Sensitivity of the Canine Pancreatic Intraductal Pressure to Subclinical Reduction in Cholinesterase Activity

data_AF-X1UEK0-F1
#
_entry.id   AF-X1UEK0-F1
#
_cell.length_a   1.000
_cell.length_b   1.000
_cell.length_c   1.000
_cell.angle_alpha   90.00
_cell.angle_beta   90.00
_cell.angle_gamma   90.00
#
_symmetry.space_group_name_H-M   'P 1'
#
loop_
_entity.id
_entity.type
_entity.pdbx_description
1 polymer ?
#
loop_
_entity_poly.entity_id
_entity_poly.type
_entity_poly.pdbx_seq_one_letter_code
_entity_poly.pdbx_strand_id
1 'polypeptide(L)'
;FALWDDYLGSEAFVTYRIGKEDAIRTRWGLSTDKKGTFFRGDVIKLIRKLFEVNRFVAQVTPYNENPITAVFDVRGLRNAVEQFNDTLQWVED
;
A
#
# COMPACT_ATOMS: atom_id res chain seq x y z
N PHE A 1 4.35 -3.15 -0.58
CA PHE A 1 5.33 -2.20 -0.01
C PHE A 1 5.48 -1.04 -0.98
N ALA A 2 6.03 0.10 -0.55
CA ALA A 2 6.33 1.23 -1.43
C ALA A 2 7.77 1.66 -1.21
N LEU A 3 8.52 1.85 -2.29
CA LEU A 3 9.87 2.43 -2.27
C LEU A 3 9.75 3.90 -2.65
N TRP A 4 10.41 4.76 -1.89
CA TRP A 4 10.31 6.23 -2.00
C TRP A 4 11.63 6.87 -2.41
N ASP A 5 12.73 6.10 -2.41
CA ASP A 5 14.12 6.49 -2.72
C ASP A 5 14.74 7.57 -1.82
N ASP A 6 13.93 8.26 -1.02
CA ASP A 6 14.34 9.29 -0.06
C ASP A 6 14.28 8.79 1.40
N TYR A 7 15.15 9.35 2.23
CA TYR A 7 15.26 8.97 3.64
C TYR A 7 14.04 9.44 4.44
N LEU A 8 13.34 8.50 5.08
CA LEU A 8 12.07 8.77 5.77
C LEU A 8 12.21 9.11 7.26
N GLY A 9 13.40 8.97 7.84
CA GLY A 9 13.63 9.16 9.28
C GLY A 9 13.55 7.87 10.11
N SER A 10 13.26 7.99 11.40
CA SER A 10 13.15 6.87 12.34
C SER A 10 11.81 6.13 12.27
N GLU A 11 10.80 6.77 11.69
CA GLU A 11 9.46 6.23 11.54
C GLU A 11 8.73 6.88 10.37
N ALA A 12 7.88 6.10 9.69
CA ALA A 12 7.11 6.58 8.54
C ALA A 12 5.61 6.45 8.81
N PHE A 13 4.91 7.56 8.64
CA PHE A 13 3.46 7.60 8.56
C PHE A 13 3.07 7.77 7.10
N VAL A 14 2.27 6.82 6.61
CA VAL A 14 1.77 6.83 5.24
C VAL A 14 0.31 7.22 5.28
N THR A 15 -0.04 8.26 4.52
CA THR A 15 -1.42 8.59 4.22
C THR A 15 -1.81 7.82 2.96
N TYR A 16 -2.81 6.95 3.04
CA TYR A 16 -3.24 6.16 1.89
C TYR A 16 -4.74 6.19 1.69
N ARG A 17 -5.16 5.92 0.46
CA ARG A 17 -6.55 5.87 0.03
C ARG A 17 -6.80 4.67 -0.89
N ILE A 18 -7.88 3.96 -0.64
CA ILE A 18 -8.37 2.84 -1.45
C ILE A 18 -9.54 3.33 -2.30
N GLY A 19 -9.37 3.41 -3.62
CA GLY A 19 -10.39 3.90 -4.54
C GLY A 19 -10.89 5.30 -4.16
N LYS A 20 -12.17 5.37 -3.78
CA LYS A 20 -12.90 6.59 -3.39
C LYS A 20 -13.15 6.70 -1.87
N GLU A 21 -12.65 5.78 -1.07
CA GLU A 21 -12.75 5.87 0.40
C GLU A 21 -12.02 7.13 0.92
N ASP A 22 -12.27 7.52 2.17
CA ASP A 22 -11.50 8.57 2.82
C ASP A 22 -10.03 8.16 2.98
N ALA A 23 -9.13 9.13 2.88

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As a continuation of work from this laboratory on anti-cholincsterasc induced pancreatitis, a study of the relationship between reduced scrum cholinesterase activity and changes in pancreatic intraductal pressure was undertaken. Pharmako-kinetic studies in three dogs revealed rapid reduction in serum cholinesterase activity following an IV bolus dose of the cholinesterase inhibitor 0,0-diethyl-0-(2-isopropyl-6-methyl-4-pyrimidinyl)phosphorothioate. Following each dose of cholinesterase inhibitor, stable levels of cholinesterase inhibition were reached in 30 minutes. In four dogs the pancreatic duct was perfused from the tail of the ventral pancreas and intraductal pressures measured. A total of 25 mg/kg of the cholinesterase inhibitor was given in 5 mg/kg doses 30 minutes apart, and scrum cholinesterase measured 30 minutes after each dose. Mean pressures were established over a 15 minute interval. Linear regression analysis of 23 data points revealed a significant (p < 0.001) cumulative dose-related increase in pancreatic intraductal pressure [Pressure (cm saline) = 14.2 + 1.03 × Cumulative Dose (mg/kg)] and significant (p < 0.001) negative correlation between serum cholinesterase activity and intraductal pressure [Pressure (cm saline) = 48.0 − 0.057 × Esterase Activity (mU/ml)]. These data suggest that, in dogs, reduced cholinesterase activity is directly related to increased pancreatic intraductal pressure, and it may be a factor in the pathogencsis of pancreatitis.

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